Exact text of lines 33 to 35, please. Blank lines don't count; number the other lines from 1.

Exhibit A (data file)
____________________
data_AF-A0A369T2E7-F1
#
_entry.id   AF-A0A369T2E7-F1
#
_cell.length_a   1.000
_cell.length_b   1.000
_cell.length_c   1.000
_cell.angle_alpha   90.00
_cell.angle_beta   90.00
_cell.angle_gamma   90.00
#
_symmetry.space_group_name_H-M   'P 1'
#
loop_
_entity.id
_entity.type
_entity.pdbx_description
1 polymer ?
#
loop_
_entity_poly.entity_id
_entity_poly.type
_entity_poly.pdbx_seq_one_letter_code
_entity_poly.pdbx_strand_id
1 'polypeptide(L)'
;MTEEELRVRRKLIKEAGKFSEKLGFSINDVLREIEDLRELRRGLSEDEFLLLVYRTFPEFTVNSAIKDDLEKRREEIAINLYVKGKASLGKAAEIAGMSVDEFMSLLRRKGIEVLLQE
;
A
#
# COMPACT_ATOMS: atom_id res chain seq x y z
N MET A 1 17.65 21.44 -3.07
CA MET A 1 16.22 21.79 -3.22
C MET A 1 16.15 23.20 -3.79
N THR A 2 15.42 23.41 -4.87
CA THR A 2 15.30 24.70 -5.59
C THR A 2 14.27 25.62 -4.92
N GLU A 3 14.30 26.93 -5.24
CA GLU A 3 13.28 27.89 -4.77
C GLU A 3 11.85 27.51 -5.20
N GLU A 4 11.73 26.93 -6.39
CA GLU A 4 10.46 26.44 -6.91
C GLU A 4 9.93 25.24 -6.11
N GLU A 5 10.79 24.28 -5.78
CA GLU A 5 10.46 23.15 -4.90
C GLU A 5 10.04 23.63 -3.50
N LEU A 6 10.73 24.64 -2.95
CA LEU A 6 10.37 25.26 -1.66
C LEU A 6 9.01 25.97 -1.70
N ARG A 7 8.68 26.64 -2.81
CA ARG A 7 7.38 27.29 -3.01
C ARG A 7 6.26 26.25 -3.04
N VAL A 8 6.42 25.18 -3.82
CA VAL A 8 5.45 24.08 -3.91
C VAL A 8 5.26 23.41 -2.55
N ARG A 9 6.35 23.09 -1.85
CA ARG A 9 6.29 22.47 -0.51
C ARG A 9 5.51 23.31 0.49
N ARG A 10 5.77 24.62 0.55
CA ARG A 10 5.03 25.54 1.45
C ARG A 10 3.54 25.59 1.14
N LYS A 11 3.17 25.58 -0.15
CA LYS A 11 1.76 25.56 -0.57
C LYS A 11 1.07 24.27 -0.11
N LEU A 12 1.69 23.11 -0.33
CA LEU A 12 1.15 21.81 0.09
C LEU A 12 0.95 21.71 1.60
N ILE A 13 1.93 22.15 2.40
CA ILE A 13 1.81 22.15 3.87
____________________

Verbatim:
C MET A 1 16.15 23.20 -3.79
N THR A 2 15.42 23.41 -4.87
CA THR A 2 15.30 24.70 -5.59